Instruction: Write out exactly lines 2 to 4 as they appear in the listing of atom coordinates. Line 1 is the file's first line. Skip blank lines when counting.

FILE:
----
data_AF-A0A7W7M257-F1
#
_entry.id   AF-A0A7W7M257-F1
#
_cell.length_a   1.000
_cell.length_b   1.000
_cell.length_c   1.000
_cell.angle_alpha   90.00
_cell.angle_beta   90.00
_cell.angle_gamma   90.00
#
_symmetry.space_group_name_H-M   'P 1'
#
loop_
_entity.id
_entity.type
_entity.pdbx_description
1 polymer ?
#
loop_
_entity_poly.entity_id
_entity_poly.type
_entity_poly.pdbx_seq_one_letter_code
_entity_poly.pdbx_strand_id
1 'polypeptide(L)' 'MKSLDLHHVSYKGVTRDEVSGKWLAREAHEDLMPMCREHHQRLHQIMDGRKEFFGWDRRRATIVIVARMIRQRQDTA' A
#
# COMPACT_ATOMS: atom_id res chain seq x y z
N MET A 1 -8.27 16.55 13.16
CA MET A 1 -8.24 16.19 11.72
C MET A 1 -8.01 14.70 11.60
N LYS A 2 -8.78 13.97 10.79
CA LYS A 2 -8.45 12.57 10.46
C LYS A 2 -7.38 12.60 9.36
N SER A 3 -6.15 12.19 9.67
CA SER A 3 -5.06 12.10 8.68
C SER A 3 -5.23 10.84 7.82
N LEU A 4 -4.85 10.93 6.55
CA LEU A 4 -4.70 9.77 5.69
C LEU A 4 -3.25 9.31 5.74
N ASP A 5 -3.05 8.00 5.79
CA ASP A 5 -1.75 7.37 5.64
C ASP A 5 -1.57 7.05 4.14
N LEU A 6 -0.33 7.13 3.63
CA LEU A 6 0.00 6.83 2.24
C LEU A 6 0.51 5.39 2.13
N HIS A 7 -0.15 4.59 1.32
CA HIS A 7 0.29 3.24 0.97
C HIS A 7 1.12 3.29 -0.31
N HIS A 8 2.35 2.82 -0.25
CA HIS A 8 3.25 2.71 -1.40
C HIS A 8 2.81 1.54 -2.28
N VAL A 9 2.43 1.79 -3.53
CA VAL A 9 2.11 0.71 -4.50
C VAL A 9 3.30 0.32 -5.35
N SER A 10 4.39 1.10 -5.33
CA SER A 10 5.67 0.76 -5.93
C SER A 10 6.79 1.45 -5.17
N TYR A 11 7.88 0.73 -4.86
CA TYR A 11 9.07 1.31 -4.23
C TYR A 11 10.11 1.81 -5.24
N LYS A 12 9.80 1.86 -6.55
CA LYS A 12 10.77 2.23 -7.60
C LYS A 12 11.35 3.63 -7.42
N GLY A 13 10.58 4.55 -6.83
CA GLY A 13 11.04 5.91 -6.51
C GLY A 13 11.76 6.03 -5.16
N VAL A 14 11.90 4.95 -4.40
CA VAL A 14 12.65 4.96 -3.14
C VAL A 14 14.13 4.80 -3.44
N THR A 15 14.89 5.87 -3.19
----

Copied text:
#
_entry.id   AF-A0A7W7M257-F1
#